Robert Edward Murray (January 13, 1940 – October 25, 2020) was an American mining engineer and businessman. He founded and was the chief executive officer of Murray Energy, a mining corporation based in St. Clairsville, Ohio, until it filed for bankruptcy. Murray was criticized for his denial of climate change, his actions following the Crandall Canyon Mine collapse, and for several large SLAPP suits he initiated. Multiple allegations of sexual misconduct were brought against him in 2014 and 2016, which were later settled out of court.
Robert E. Murray
Robert Edward Murray
January 13, 1940
Martins Ferry, Ohio, U.S.
|Died|| (aged 80)|
St. Clairsville, Ohio, U.S.
|Alma mater||Ohio State University (BE)|
|Spouse||Brenda Lou Moore|
Early life edit
Murray was born on January 13, 1940, in Martins Ferry, Ohio. He said he lied about his age so he could work in a coal mine at the age of 16 and provide for his family, had experienced multiple mining accidents including a head injury from being struck by a steel beam, had a scar running from his head down his back from a separate accident, and once was trapped in a dark mine for 12 hours before being rescued.
Murray was the valedictorian of the Bethesda High School class of 1957. He received a Bachelor of Engineering in Mining from Ohio State University, and attended a six-week management program at Harvard Business School.
Murray began his mining career at the North American Coal Corporation (NACC). He served in a variety of capacities at NACC, winning election to vice president of operations in 1969. From 1974 to 1983, Murray was president of NACC's Western Division and presided over four of its subsidiaries in North Dakota. In 1974, a strike took place at the Indian Head Mine in Zap, which NACC was attempting to close. In 1983, he became president and CEO of NACC.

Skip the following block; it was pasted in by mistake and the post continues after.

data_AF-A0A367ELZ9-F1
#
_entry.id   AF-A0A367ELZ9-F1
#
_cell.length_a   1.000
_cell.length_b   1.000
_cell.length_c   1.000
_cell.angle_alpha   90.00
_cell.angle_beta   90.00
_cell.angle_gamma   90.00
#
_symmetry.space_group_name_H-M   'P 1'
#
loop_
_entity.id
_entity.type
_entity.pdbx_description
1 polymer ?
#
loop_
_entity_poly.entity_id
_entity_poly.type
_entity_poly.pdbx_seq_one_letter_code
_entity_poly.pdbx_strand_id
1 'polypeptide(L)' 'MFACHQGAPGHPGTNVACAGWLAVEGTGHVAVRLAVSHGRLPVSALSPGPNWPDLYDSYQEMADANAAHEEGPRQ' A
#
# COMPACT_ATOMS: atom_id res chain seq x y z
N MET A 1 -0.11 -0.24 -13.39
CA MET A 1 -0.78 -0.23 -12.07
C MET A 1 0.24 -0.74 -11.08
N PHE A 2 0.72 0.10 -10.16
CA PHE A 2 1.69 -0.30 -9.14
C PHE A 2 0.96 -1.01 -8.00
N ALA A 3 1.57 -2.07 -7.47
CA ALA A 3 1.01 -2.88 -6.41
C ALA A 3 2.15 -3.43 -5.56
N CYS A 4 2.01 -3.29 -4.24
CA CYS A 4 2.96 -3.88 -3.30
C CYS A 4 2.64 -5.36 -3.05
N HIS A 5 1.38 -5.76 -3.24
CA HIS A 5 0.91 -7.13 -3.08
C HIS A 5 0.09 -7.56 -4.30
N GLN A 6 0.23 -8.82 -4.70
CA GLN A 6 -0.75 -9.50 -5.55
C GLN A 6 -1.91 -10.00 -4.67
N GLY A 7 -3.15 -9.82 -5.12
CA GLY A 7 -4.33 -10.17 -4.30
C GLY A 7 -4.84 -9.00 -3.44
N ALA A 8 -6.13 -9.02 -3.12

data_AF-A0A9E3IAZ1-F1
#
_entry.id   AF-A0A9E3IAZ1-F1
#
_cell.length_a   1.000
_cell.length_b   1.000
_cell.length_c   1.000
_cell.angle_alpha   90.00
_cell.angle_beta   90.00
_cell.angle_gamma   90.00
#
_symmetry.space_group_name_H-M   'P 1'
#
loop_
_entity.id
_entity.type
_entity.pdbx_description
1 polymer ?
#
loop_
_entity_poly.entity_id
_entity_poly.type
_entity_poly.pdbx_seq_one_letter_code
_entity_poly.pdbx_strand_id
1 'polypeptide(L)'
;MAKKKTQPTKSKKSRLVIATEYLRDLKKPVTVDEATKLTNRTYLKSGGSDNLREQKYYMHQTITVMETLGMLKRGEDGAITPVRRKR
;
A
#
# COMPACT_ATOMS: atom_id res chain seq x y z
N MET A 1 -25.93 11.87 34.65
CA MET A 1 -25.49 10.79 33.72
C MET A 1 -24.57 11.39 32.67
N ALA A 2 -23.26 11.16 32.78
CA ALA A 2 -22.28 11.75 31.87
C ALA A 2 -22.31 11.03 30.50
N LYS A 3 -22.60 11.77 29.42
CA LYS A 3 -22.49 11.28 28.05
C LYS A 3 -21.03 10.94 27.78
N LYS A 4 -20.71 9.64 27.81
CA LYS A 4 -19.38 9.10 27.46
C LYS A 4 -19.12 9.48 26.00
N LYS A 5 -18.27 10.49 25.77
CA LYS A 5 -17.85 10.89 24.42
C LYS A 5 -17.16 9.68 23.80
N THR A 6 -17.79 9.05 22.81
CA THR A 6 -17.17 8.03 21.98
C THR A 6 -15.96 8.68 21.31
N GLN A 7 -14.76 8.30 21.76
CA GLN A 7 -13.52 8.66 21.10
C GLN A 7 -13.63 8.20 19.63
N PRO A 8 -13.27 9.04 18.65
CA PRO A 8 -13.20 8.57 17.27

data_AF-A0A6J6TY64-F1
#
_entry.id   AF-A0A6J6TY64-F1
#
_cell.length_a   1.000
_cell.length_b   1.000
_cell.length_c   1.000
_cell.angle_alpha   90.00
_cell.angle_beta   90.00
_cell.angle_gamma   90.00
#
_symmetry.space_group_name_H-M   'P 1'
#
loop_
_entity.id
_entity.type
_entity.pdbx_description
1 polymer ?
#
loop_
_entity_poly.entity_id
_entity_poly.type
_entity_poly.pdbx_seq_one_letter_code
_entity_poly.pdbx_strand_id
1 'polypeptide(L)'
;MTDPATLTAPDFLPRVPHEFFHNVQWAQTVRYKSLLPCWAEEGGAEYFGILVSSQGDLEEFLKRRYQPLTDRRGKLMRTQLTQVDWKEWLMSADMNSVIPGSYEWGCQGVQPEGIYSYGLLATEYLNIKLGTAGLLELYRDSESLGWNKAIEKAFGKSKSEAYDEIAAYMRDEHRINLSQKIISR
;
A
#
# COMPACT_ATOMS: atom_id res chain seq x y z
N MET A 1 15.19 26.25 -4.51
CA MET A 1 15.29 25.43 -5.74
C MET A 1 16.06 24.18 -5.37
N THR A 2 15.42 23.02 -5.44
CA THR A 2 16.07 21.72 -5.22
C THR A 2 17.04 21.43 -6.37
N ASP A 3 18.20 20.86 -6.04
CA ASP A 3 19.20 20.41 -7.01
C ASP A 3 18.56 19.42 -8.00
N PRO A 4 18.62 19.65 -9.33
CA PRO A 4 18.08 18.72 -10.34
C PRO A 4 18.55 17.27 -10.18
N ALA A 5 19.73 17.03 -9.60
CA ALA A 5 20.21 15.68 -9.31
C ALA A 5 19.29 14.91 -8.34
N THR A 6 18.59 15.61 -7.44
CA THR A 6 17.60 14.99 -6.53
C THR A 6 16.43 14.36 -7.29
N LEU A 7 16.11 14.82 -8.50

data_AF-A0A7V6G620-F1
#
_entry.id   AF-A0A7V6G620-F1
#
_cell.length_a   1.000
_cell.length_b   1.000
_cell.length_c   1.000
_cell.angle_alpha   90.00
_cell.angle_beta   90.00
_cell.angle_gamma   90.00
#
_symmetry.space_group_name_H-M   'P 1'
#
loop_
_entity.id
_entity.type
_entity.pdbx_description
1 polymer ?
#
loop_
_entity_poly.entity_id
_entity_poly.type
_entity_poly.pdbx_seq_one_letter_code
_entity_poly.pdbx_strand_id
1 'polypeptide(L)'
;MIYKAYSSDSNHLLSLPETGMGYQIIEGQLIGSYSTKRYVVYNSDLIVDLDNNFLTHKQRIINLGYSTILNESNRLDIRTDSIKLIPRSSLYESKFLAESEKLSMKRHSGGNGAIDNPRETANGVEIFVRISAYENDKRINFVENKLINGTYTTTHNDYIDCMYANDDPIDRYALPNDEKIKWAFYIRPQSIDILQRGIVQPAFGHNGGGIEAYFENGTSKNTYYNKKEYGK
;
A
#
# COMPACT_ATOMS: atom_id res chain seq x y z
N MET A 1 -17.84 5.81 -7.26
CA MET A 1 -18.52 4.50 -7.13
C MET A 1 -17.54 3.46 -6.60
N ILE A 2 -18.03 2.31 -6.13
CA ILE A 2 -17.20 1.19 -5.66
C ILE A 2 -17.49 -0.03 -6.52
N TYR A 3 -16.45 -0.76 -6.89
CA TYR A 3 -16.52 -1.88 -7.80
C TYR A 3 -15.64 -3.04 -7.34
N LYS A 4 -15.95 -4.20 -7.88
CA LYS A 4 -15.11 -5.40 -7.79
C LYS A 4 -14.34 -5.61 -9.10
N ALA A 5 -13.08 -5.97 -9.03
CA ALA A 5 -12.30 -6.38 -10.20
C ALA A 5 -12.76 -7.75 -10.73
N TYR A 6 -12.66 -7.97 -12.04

Murray was a member of the boards of directors of the National Mining Association, American Coal Foundation, National Coal Council, Ohio Coal Association, and Pennsylvania Coal Association. He was a trustee and former president of the American Institute of Mining, Metallurgical, and Petroleum Engineers, Inc., and the Society for Mining, Metallurgy and Exploration, Inc., and president of The Rocky Mountain Coal Mining Institute.
Murray Energy edit
Murray founded Murray Energy in 1988 when he bought the Powhatan No. 6 mine from the Ohio Valley Coal Company. Murray focused on high-heat bituminous coal, which he thought would be in demand for power generation. The company later moved towards metallurgical coal used to produce coke for steel production.
Murray told the White House in a letter dated August 4, 2017, that without an emergency order to restart coal-fired electrical generating plants, his company and a major customer, power plant operator FirstEnergy Solutions, would declare bankruptcy.
Murray Energy Holdings, Co. filed bankruptcy in the United States District Court for the Southern District of Ohio on October 29, 2019. Murray was replaced as CEO the same day, although he remained chairman of the board of the new entity, Murray NewCo, while his nephew Robert D. Moore would be president and CEO. Employees expressed concern about losing their pensions and/or medical benefits. Murray was the last major coal contributor to the United Mine Workers of America's pension plan.
Crandall Canyon Mine collapse edit
In August 2007, six miners were trapped at the Crandall Canyon Mine in Utah, which was co-owned and operated by Murray Energy subsidiary UtahAmerican Energy. Three rescue workers died attempting to reach the miners, and a series of boreholes found that the miners were unlikely to have survived. The miners were declared dead, and their bodies were never recovered. Prior to the collapse, the Crandall Canyon Mine had received 64 violations and was fined $12,000.
Murray claimed that the Crandall Canyon Mine collapse was triggered by a natural 3.9 magnitude earthquake and that the practice of retreat mining was not responsible. Responding to reports of retreat mining, Murray said: "I wish you would take the word retreat mining out of your vocabulary. Those were words invented by Davitt McAteer, Oppegard, who are lackies for the United Mine Workers, and officials at the United Mine Workers, who would like to organize this coal mine."
Seismologists and government officials disputed this claim, and said the mine collapse was the cause of a coal mine bump that was caused by the mine's use of retreat mining. Richard E. Stickler, the government's top mine safety official, said: "It was not—and I repeat, it was not—a natural occurring earthquake." An analysis by seismologists at the University of California, Berkeley found that the seismic event was "consistent with an underground collapse". Researchers at the University of Utah also stated that the tremor was not triggered by an earthquake.